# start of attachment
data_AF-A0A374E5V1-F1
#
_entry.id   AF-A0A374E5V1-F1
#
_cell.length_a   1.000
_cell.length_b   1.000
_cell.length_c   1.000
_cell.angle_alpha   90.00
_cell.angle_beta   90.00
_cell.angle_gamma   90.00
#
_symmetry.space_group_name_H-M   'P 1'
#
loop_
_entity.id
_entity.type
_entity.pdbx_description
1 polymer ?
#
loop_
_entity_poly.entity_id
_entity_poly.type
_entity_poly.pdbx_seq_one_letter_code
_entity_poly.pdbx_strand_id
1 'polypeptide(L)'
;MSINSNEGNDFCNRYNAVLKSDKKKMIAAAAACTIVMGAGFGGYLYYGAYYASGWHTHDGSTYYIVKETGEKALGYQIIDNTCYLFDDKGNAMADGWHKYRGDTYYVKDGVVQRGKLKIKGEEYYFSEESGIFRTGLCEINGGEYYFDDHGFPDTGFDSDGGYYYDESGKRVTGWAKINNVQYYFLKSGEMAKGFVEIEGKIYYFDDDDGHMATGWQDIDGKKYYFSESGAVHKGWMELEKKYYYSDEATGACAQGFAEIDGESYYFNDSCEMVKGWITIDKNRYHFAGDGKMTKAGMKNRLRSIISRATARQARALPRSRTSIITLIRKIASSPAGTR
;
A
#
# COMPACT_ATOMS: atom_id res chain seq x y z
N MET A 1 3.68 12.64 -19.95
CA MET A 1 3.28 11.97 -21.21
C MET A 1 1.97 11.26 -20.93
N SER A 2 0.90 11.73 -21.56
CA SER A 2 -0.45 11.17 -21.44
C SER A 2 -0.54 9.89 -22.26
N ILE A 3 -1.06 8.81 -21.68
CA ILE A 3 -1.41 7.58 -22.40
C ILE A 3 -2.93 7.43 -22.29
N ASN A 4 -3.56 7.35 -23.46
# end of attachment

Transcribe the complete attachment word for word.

data_AF-A0A374E5V1-F1
#
_entry.id   AF-A0A374E5V1-F1
#
_cell.length_a   1.000
_cell.length_b   1.000
_cell.length_c   1.000
_cell.angle_alpha   90.00
_cell.angle_beta   90.00
_cell.angle_gamma   90.00
#
_symmetry.space_group_name_H-M   'P 1'
#
loop_
_entity.id
_entity.type
_entity.pdbx_description
1 polymer ?
#
loop_
_entity_poly.entity_id
_entity_poly.type
_entity_poly.pdbx_seq_one_letter_code
_entity_poly.pdbx_strand_id
1 'polypeptide(L)'
;MSINSNEGNDFCNRYNAVLKSDKKKMIAAAAACTIVMGAGFGGYLYYGAYYASGWHTHDGSTYYIVKETGEKALGYQIIDNTCYLFDDKGNAMADGWHKYRGDTYYVKDGVVQRGKLKIKGEEYYFSEESGIFRTGLCEINGGEYYFDDHGFPDTGFDSDGGYYYDESGKRVTGWAKINNVQYYFLKSGEMAKGFVEIEGKIYYFDDDDGHMATGWQDIDGKKYYFSESGAVHKGWMELEKKYYYSDEATGACAQGFAEIDGESYYFNDSCEMVKGWITIDKNRYHFAGDGKMTKAGMKNRLRSIISRATARQARALPRSRTSIITLIRKIASSPAGTR
;
A
#
# COMPACT_ATOMS: atom_id res chain seq x y z
N MET A 1 3.68 12.64 -19.95
CA MET A 1 3.28 11.97 -21.21
C MET A 1 1.97 11.26 -20.93
N SER A 2 0.90 11.73 -21.56
CA SER A 2 -0.45 11.17 -21.44
C SER A 2 -0.54 9.89 -22.26
N ILE A 3 -1.06 8.81 -21.68
CA ILE A 3 -1.41 7.58 -22.40
C ILE A 3 -2.93 7.43 -22.29
N ASN A 4 -3.56 7.35 -23.46